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For the Love of Birds

Category: Garden Resource | Posted by: Nancy Coons
For the Love of Birds

Birds rely heavily on feeders when their natural food source is scarce.

Help a bird out by keeping your feeder full. And we will help you out. Join our Frequent Flyer Program and when you purchase 9 bags of seed your 10th is on us.

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Is it good to feed the birds?

While it is not necessary to feed birds, it is helpful at times when natural resources have been depleted. Birds need more energy during the temperature extremes of late winter and early spring and will appreciate the access to the fats and nutrients a good bird seed will provide.

What should I feed my backyard birds?

Black oil sunflower seed appeals to the greatest number of birds and is the mainstay for most backyard feeders. If you are only feeding one type of food, this is the one to choose.

Nyjer (thistle) seeds are a favorite of goldfinches. Hang a specific Nyjer feeder in addition to your other feeders

Safflower seed is high in protein and fat, making it a great choice for winter feeders. And as a bonus, the variety that we carry has no shell, reducing the waste left on the ground.

Hull-less Mix is a no waste mix of sunflower, white millet and safflower without the hulls. Feed the birds without the waste!

What type of bird feeder should I use?

Different species of birds prefer different feeders. Provide options and you will be rewarded with a variety of birds.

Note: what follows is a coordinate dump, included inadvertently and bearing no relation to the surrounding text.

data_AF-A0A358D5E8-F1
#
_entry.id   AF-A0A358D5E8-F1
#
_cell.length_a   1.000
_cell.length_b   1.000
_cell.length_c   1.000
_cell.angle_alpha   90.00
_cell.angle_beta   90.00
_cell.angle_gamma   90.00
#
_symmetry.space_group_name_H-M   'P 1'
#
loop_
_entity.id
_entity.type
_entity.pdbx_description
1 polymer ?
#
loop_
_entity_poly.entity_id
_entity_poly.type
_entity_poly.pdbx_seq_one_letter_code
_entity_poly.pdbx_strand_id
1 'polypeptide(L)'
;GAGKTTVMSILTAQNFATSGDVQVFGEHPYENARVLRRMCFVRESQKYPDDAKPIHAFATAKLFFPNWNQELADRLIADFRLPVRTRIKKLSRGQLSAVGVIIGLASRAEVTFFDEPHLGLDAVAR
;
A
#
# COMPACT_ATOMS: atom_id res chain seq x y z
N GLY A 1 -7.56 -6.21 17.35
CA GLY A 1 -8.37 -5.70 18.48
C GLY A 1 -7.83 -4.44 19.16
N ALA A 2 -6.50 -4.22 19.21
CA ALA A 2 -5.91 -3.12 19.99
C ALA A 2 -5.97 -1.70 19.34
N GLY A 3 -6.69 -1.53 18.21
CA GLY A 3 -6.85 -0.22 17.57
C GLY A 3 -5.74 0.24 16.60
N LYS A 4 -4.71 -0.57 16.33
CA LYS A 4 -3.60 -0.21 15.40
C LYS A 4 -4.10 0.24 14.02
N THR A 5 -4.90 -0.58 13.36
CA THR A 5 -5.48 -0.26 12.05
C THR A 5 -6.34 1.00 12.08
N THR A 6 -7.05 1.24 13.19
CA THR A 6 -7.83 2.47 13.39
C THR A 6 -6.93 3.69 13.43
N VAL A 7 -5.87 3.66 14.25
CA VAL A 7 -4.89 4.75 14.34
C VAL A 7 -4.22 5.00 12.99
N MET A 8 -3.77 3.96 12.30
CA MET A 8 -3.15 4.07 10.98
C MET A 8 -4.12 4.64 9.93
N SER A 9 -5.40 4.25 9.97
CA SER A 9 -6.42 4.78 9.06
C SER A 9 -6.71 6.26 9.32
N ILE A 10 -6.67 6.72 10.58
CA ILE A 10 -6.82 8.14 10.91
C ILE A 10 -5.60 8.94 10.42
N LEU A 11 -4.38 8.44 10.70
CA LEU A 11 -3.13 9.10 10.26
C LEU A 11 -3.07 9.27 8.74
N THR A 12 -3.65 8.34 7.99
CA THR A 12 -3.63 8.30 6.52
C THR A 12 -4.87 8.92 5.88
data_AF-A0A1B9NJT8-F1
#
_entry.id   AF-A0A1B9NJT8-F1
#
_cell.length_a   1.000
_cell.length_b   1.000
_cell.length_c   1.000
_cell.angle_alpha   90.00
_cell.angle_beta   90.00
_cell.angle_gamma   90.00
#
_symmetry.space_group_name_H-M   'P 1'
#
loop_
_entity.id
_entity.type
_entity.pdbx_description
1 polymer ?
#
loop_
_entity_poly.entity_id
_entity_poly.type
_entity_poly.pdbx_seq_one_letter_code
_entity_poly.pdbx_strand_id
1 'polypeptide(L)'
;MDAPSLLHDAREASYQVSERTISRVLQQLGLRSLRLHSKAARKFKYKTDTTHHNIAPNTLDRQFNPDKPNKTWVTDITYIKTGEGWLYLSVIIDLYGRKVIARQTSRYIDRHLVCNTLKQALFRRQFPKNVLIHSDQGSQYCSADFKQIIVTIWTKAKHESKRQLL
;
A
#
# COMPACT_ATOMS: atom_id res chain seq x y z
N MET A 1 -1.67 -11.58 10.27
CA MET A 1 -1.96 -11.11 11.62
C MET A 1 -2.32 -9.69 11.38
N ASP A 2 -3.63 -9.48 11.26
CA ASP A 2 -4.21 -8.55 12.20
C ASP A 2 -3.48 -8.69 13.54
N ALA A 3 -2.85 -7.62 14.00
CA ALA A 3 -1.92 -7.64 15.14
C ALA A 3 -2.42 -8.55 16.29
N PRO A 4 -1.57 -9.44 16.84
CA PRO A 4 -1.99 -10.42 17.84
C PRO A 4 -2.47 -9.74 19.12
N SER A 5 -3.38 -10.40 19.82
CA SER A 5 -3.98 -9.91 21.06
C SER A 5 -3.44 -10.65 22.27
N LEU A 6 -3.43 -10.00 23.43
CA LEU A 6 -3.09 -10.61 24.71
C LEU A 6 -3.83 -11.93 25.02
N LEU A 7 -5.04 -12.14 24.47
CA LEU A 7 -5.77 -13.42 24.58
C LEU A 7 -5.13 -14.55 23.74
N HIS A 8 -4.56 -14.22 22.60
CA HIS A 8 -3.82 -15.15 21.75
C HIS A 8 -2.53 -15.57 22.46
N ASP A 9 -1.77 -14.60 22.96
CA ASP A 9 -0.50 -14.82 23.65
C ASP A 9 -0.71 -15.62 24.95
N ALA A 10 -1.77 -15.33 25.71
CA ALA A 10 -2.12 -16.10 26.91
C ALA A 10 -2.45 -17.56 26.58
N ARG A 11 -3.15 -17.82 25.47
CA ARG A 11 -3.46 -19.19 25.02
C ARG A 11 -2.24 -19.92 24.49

• Trays and perches attract a large variety of birds, including the northern cardinal
  • Suet feeders will bring in woodpeckers
  • Mesh socks or thistle feeders are a favorite of gold finches

How often do I have to feed or fill the feeders?

Birds will accept that a feeder is occasionally empty, but will generally not return to a feeder that is consistently left empty. Full feeder means Happy Birds.

Cheap seed means less birds and more mess

Cheap seed is oftentimes full of fillers (red millet, oats and flax) that most birds won’t eat. Birds are adept at tossing these filler seeds aside which end up sprouting in your lawn and landscape beds. Choose a mix that is full of seeds the birds prefer and very little will go to waste.

Natural food sources

Plant a garden and landscape that will attract birds to your yard all year-round including sunflower, coneflower, black-eyed susan, milkweed, viburnum, holly and crab apple.

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